NIMBY rules for nuclear energy in East Asia post Fukushima?
A year on after the nuclear crisis in Fukushima, managing Japan’s energy policies continues to be an uphill task. With critical immediate tasks of addressing an ailing economy, domestic demands to cease the use of nuclear energy, and spiked prices of energy imports, it is no wonder that revising of Japan’s nuclear energy structures and plans (let alone implementing it) remain a slow process.
The difficulty lies in juggling three main issues. First, anti-nuclear sentiments continue to gain ground in Japan as seen from the increasing numbers in mass protests, calls for local referenda to shut down nuclear power plants in their respective local vicinities, and efforts to provide ground-up alternative sources of information, given the perceived lack of transparency and mistrust towards top-down information. Such activities thus call for the need to diversify Japan’s energy mix.
Second, national plans to reform and strengthen Japan’s nuclear energy governance structures have been rather slow. Given that Japan’s nuclear energy governance had largely been under the auspices of the Ministry of Trade and Industry, reform plans have included the need for more oversight from other governmental bodies such as the Ministry of Environment. This would culminate with the establishment of a new body – the Nuclear Regulatory Agency – which will play a central role in strengthening Japan’s domestic nuclear security measures. However, the NRA to date has yet to be formed. Moreover, a revision of Japan’s Energy Basic Plan is still being deliberated with four possible scenarios of nuclear energy taking up to 30% of Japan’s energy mix till 2030.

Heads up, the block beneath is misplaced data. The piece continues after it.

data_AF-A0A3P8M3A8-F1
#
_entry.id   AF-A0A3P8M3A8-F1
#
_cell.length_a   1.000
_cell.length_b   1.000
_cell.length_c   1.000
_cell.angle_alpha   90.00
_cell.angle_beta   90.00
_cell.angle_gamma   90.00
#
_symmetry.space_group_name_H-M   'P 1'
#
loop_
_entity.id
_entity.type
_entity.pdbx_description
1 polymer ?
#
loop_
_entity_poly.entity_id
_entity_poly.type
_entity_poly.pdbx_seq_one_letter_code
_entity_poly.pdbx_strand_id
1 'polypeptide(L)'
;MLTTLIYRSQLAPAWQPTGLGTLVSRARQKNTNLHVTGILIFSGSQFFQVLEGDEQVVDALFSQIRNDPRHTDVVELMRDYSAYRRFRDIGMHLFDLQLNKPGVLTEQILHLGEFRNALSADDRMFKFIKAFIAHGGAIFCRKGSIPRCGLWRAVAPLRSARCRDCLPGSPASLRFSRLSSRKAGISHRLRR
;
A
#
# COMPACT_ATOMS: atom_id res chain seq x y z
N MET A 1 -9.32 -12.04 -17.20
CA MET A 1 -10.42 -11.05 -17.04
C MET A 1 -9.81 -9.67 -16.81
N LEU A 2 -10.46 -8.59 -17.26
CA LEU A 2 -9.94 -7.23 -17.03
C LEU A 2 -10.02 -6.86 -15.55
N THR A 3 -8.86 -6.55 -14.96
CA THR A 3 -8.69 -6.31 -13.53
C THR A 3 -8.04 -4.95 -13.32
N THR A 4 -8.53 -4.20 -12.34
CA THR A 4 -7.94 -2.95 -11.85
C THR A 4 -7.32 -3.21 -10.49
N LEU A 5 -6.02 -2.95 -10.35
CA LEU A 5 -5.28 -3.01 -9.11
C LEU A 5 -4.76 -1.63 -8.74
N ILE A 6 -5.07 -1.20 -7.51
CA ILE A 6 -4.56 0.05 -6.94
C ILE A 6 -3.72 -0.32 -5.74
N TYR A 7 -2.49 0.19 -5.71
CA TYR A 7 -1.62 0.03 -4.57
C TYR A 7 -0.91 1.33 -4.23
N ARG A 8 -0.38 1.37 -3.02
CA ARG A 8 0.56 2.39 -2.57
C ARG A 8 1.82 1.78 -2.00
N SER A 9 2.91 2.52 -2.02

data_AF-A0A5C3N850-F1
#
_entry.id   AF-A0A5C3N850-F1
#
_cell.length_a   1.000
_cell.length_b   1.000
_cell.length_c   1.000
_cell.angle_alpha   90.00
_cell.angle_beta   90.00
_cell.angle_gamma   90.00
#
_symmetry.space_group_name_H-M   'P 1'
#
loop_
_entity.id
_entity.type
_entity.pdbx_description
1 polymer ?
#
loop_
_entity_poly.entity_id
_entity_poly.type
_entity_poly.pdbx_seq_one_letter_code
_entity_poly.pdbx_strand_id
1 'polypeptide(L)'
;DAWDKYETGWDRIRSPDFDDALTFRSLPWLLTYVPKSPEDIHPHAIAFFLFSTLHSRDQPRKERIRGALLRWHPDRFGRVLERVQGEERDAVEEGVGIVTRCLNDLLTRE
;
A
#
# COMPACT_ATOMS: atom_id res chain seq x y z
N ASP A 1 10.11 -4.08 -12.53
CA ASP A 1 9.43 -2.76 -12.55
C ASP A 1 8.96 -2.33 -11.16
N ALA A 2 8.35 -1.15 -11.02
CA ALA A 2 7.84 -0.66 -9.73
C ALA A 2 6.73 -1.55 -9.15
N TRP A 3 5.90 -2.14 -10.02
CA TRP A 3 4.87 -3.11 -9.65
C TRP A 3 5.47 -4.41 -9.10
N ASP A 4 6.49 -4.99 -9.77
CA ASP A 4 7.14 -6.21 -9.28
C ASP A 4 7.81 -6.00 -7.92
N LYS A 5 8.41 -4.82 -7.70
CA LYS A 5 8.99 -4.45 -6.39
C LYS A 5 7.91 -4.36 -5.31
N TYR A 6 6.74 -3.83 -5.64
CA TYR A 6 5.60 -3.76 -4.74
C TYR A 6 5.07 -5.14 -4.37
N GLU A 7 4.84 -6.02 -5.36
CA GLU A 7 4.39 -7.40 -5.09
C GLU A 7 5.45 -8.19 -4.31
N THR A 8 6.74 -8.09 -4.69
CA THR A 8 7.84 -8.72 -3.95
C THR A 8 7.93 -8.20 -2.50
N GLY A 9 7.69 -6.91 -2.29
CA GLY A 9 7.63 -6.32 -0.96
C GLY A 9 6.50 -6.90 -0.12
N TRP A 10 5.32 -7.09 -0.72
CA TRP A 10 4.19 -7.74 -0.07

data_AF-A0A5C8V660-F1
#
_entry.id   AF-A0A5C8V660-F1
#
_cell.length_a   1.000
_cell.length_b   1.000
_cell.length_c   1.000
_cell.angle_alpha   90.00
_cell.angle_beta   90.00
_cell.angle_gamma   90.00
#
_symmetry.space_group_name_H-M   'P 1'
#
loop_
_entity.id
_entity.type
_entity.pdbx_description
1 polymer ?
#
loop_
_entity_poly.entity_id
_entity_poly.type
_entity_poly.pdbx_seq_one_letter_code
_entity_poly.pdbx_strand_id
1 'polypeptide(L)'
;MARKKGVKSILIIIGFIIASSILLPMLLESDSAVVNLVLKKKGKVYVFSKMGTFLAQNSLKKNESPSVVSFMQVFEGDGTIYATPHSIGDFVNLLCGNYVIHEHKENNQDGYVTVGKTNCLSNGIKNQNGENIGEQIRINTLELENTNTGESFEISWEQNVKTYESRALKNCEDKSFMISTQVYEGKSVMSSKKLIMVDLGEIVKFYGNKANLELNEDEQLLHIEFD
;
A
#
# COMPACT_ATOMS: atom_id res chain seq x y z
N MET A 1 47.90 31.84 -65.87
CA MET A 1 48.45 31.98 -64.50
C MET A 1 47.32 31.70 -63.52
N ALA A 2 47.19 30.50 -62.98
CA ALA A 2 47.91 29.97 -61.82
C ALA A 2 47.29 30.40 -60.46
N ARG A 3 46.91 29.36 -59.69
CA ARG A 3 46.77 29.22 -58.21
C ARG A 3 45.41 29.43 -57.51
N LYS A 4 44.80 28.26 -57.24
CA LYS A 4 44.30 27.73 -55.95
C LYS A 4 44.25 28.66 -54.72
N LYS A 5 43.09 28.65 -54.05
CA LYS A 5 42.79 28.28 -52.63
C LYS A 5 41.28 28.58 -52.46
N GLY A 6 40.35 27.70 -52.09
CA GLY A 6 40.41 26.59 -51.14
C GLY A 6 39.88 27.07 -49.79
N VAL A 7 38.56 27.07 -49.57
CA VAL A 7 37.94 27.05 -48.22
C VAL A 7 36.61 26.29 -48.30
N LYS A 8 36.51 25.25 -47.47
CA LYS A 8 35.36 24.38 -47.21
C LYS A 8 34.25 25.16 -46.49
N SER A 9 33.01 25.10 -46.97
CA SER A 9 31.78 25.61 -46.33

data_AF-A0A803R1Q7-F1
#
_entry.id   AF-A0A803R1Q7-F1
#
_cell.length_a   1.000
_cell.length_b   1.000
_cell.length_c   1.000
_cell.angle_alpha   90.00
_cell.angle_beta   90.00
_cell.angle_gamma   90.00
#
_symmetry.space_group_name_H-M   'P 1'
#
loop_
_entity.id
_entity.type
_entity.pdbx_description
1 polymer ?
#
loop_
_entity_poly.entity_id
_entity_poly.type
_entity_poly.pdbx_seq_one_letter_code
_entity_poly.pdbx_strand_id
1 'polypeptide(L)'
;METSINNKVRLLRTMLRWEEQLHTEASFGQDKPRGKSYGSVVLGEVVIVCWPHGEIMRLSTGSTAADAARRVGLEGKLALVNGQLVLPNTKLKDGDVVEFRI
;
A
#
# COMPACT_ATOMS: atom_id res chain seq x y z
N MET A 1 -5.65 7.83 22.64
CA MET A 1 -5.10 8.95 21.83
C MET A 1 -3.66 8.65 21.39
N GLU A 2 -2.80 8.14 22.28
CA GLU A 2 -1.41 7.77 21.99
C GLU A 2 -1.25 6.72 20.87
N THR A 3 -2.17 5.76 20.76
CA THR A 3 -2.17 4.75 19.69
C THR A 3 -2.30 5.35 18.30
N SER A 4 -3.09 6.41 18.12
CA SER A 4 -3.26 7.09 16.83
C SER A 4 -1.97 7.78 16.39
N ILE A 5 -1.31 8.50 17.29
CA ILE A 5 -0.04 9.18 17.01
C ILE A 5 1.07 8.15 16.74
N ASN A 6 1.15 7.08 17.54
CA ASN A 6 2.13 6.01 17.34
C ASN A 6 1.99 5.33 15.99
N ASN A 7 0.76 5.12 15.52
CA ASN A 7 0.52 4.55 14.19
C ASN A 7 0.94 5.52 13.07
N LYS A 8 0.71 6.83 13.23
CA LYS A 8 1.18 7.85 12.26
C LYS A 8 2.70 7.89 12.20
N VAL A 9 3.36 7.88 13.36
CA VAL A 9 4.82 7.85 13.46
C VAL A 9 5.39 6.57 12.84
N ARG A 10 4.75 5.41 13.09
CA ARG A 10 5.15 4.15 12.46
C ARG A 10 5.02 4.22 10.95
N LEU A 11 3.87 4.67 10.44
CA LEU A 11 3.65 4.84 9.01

Third, developments at the international level create further complications for Japan to fully adhere to these domestic demands in the short term. The price of importing energy resources, particularly liquified natural gas (LNG), to substitute the short fall of energy from decommissioned nuclear power plants, increased sharply in the 2nd half of 2011. This greatly exacerbated the third issue – Japan’s already ailing economy, where experts speculate that the Japanese Yen is likely to depreciate further in the months to come while still recovering from the March 2011 tsunami.
That said, one of the economic lifelines for Japan is the development of nuclear technology elsewhere. While the use of nuclear energy is shunned domestically, the demand for Japanese nuclear technology and training to other countries developing their own nuclear energy facilities (such as Vietnam, Russia and Indonesia) remains a small but important source of income for Japan’s financial recovery. Ironically, this is despite the fact that Prime Minister Noda admitted that training for on-site workers at Fukushima had been “insufficient”.
Nevertheless, it is possible that as far as officials in the Ministry of Trade and Industry are concerned, such inflows of cash are desirable and necessary for Japan given the slump in other trade sectors such as agricultural/food exports and tourism. As such, while the anti-nuclear bloc in Japan may have the upper hand domestically, it is likely to create greater challenges for anti-nuclear groups in the wider East Asian region.
Last updated on 17/04/2012